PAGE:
Wednesday, November 14, 2012
Book Review - Competitive Struggle: America's Western Fur Trading Posts, 1764-1865
Competitive Struggle recounts the 101-year history of America’s western fur trade. From the founding of Saint Louis in 1764 through 1865, the demand for beaver pelts and buffalo robes spawned a competitive fervor that enveloped mountain men, fur trading companies, national governments, and Native Americans alike.
R. G. Robertson traces this colorful era through the history of the individual trading posts located between the Mississippi River and the Pacific Ocean. The posts, listed alphabetically, are keyed to eight pages of detailed maps showing the location of each trading house. Posts with multiple names are keyed to a single reference.
The book includes a series of easy-to-read flowcharts showing the evolution of the various fur companies. Extensive end notes, an index, a glossary of terms, and a list of modern-day trading post replicas and their photographs make Competitive Struggle a must-have reference on America’s fur trade.
About the Author
R. G. Robertson served as a Marine Corps officer in Vietnam and then earned an MBA from the University of Michigan. He spent nineteen years in the investment business before retiring in 1992, when he began writing. He and his wife, Karen, live in Scottsdale, Arizona.
Karen Robertson was born and raised in Oregon and earned BS degrees in history and political science from Portland State University. Her photographs have been published with R. G.’s articles and books. In addition to photography, her interests include travel and wilderness adventure.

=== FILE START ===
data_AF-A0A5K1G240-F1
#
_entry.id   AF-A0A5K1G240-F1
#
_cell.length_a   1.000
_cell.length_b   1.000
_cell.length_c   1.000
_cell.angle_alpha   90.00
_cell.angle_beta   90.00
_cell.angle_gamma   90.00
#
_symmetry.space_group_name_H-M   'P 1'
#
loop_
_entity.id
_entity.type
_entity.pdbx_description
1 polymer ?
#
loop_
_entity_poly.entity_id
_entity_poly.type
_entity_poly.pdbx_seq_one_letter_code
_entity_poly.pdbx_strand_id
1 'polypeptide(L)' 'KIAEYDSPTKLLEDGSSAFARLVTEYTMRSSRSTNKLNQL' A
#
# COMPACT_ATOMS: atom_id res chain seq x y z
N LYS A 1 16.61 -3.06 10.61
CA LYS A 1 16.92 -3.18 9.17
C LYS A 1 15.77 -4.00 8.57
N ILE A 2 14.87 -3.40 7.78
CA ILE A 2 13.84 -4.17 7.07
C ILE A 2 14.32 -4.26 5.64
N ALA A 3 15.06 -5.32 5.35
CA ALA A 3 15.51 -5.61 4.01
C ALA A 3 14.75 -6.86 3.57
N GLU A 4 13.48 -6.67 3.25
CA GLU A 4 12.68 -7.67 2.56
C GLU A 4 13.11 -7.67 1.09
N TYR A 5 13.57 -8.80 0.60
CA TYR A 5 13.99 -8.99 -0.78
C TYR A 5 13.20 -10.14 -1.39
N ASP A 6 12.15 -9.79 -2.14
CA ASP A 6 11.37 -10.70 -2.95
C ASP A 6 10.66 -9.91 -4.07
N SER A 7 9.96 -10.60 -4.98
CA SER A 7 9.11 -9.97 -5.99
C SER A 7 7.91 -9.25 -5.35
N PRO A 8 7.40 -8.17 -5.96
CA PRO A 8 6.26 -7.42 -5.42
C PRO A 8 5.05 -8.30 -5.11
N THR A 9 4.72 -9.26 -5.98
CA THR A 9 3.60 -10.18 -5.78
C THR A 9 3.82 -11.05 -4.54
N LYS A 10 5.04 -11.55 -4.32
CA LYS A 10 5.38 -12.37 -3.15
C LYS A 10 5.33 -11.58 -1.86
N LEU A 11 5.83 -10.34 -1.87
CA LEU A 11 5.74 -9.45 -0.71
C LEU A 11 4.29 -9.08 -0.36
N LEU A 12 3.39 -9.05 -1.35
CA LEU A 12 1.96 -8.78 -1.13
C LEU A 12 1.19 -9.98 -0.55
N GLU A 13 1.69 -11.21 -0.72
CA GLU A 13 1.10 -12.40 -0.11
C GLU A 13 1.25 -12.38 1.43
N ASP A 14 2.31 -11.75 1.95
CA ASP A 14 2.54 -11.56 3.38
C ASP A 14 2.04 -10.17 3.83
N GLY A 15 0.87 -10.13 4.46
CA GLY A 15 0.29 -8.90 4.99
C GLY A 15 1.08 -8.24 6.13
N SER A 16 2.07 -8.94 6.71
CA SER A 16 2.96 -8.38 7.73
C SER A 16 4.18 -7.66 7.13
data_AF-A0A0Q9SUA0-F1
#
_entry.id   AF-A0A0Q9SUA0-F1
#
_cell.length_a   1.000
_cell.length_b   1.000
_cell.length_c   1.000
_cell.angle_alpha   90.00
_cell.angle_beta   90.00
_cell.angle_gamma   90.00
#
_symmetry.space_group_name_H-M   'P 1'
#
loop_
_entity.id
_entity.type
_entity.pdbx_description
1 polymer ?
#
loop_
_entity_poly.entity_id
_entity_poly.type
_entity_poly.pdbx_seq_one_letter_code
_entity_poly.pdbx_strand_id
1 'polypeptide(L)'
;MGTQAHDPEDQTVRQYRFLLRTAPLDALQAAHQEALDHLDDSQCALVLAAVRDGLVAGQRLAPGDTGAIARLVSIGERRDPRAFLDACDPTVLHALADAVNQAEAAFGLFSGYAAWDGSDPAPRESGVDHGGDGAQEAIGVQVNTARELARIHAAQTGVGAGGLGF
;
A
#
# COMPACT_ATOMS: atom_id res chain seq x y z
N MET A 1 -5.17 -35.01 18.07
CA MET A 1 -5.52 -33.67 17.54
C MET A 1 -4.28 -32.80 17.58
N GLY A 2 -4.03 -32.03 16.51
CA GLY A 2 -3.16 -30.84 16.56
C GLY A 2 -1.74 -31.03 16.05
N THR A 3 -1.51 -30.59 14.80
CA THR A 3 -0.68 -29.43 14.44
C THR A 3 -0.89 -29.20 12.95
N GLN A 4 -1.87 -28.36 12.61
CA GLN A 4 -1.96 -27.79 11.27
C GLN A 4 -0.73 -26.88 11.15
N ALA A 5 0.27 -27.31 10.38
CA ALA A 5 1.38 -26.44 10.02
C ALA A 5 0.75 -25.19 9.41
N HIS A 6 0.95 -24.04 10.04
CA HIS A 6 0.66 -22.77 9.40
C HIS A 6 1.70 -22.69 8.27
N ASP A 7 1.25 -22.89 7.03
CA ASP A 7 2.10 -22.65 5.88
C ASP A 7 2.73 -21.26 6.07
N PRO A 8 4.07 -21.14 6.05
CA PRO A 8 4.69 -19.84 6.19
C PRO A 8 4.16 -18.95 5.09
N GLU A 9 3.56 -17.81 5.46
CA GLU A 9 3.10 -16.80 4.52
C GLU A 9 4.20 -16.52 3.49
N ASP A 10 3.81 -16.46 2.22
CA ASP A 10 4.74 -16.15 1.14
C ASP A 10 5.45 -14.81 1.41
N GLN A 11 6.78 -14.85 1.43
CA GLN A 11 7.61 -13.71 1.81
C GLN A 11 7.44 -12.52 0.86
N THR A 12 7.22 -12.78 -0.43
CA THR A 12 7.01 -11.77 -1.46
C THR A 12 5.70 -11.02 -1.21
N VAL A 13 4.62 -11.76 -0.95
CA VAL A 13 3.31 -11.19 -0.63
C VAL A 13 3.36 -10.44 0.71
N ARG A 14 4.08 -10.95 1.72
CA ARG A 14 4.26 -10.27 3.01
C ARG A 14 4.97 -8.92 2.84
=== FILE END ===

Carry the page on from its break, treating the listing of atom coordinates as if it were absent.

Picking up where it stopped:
My Take on the Book
This book opened my eyes to the overall business and culture of the fur trading business. I never would have guessed how dangerous this business could be and how downright dirty some of the people in the business would play to get what they wanted. This book painted a open and honest picture of what it was really like to work in this business and I could many times close my eyes and find myself seeing and feeling the world that the author was describing (which is exactly what I want in a book). The book drew me in and made me want to keep reading from beginning to end. The book also was an amazing resource, and was filled with facts and figures about so many of the trading posts. I also appreciated all of the great images that accompanied the information as well as the copious biography at the end that allows you to dig deeper if you so choose. For any student of US History, you will love this book as it will open your eyes to a whole new world!
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